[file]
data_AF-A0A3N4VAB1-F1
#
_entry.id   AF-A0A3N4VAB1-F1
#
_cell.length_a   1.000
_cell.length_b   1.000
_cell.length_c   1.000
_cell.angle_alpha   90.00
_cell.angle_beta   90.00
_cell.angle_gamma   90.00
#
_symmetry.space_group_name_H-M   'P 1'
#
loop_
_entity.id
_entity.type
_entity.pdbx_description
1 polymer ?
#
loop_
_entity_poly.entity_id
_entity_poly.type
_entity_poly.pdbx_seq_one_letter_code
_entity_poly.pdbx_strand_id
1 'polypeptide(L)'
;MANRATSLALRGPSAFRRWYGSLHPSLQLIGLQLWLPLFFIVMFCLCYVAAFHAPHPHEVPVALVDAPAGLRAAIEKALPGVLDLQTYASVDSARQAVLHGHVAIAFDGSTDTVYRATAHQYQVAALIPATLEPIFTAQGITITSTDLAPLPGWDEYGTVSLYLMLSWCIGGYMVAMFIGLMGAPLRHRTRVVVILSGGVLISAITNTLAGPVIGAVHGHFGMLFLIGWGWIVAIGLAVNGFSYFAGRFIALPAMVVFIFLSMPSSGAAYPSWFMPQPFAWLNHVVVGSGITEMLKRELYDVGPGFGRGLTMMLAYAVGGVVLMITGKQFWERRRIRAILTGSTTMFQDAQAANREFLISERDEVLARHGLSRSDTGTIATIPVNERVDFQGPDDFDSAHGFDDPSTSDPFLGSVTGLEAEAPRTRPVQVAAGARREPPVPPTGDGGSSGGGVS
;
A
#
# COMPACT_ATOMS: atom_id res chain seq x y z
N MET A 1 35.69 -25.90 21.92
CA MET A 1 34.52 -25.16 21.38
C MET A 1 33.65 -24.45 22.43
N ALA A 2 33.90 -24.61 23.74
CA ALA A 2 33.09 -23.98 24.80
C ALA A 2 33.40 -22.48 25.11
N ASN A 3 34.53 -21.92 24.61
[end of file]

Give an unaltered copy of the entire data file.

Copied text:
data_AF-A0A3N4VAB1-F1
#
_entry.id   AF-A0A3N4VAB1-F1
#
_cell.length_a   1.000
_cell.length_b   1.000
_cell.length_c   1.000
_cell.angle_alpha   90.00
_cell.angle_beta   90.00
_cell.angle_gamma   90.00
#
_symmetry.space_group_name_H-M   'P 1'
#
loop_
_entity.id
_entity.type
_entity.pdbx_description
1 polymer ?
#
loop_
_entity_poly.entity_id
_entity_poly.type
_entity_poly.pdbx_seq_one_letter_code
_entity_poly.pdbx_strand_id
1 'polypeptide(L)'
;MANRATSLALRGPSAFRRWYGSLHPSLQLIGLQLWLPLFFIVMFCLCYVAAFHAPHPHEVPVALVDAPAGLRAAIEKALPGVLDLQTYASVDSARQAVLHGHVAIAFDGSTDTVYRATAHQYQVAALIPATLEPIFTAQGITITSTDLAPLPGWDEYGTVSLYLMLSWCIGGYMVAMFIGLMGAPLRHRTRVVVILSGGVLISAITNTLAGPVIGAVHGHFGMLFLIGWGWIVAIGLAVNGFSYFAGRFIALPAMVVFIFLSMPSSGAAYPSWFMPQPFAWLNHVVVGSGITEMLKRELYDVGPGFGRGLTMMLAYAVGGVVLMITGKQFWERRRIRAILTGSTTMFQDAQAANREFLISERDEVLARHGLSRSDTGTIATIPVNERVDFQGPDDFDSAHGFDDPSTSDPFLGSVTGLEAEAPRTRPVQVAAGARREPPVPPTGDGGSSGGGVS
;
A
#
# COMPACT_ATOMS: atom_id res chain seq x y z
N MET A 1 35.69 -25.90 21.92
CA MET A 1 34.52 -25.16 21.38
C MET A 1 33.65 -24.45 22.43
N ALA A 2 33.90 -24.61 23.74
CA ALA A 2 33.09 -23.98 24.80
C ALA A 2 33.40 -22.48 25.11
N ASN A 3 34.53 -21.92 24.61